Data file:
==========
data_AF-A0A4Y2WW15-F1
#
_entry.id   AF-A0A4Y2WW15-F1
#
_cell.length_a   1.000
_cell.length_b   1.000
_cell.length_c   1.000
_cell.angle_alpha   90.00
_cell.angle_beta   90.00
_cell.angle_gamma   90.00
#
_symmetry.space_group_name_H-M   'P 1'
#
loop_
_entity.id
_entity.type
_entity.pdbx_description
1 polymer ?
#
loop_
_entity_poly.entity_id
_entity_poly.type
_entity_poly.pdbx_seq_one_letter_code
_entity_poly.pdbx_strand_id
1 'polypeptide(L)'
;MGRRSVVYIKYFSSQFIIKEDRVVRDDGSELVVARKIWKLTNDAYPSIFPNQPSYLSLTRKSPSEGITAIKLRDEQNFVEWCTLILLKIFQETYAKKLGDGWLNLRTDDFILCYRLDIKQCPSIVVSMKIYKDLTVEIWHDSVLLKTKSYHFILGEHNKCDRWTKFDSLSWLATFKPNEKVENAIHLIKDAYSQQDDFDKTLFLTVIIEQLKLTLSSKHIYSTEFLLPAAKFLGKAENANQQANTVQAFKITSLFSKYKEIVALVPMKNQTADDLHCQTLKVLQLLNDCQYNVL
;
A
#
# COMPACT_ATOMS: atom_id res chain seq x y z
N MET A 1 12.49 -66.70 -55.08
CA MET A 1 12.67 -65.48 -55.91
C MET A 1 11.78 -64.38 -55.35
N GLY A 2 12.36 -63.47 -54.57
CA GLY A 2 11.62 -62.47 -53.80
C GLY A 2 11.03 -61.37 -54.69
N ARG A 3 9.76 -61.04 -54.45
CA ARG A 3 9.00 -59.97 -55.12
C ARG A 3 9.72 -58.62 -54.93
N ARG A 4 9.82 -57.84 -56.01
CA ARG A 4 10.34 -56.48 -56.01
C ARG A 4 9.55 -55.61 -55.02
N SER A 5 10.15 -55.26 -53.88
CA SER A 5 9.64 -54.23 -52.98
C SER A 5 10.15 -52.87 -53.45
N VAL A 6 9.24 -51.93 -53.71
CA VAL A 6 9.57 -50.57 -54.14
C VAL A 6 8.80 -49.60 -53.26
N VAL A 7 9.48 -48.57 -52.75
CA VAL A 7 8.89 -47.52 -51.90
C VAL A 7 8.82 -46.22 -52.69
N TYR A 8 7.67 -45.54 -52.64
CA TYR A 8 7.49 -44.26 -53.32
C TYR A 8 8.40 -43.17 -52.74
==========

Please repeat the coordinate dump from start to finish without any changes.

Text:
data_AF-A0A4Y2WW15-F1
#
_entry.id   AF-A0A4Y2WW15-F1
#
_cell.length_a   1.000
_cell.length_b   1.000
_cell.length_c   1.000
_cell.angle_alpha   90.00
_cell.angle_beta   90.00
_cell.angle_gamma   90.00
#
_symmetry.space_group_name_H-M   'P 1'
#
loop_
_entity.id
_entity.type
_entity.pdbx_description
1 polymer ?
#
loop_
_entity_poly.entity_id
_entity_poly.type
_entity_poly.pdbx_seq_one_letter_code
_entity_poly.pdbx_strand_id
1 'polypeptide(L)'
;MGRRSVVYIKYFSSQFIIKEDRVVRDDGSELVVARKIWKLTNDAYPSIFPNQPSYLSLTRKSPSEGITAIKLRDEQNFVEWCTLILLKIFQETYAKKLGDGWLNLRTDDFILCYRLDIKQCPSIVVSMKIYKDLTVEIWHDSVLLKTKSYHFILGEHNKCDRWTKFDSLSWLATFKPNEKVENAIHLIKDAYSQQDDFDKTLFLTVIIEQLKLTLSSKHIYSTEFLLPAAKFLGKAENANQQANTVQAFKITSLFSKYKEIVALVPMKNQTADDLHCQTLKVLQLLNDCQYNVL
;
A
#
# COMPACT_ATOMS: atom_id res chain seq x y z
N MET A 1 12.49 -66.70 -55.08
CA MET A 1 12.67 -65.48 -55.91
C MET A 1 11.78 -64.38 -55.35
N GLY A 2 12.36 -63.47 -54.57
CA GLY A 2 11.62 -62.47 -53.80
C GLY A 2 11.03 -61.37 -54.69
N ARG A 3 9.76 -61.04 -54.45
CA ARG A 3 9.00 -59.97 -55.12
C ARG A 3 9.72 -58.62 -54.93
N ARG A 4 9.82 -57.84 -56.01
CA ARG A 4 10.34 -56.48 -56.01
C ARG A 4 9.55 -55.61 -55.02
N SER A 5 10.15 -55.26 -53.88
CA SER A 5 9.64 -54.23 -52.98
C SER A 5 10.15 -52.87 -53.45
N VAL A 6 9.24 -51.93 -53.71
CA VAL A 6 9.57 -50.57 -54.14
C VAL A 6 8.80 -49.60 -53.26
N VAL A 7 9.48 -48.57 -52.75
CA VAL A 7 8.89 -47.52 -51.90
C VAL A 7 8.82 -46.22 -52.69
N TYR A 8 7.67 -45.54 -52.64
CA TYR A 8 7.49 -44.26 -53.32
C TYR A 8 8.40 -43.17 -52.74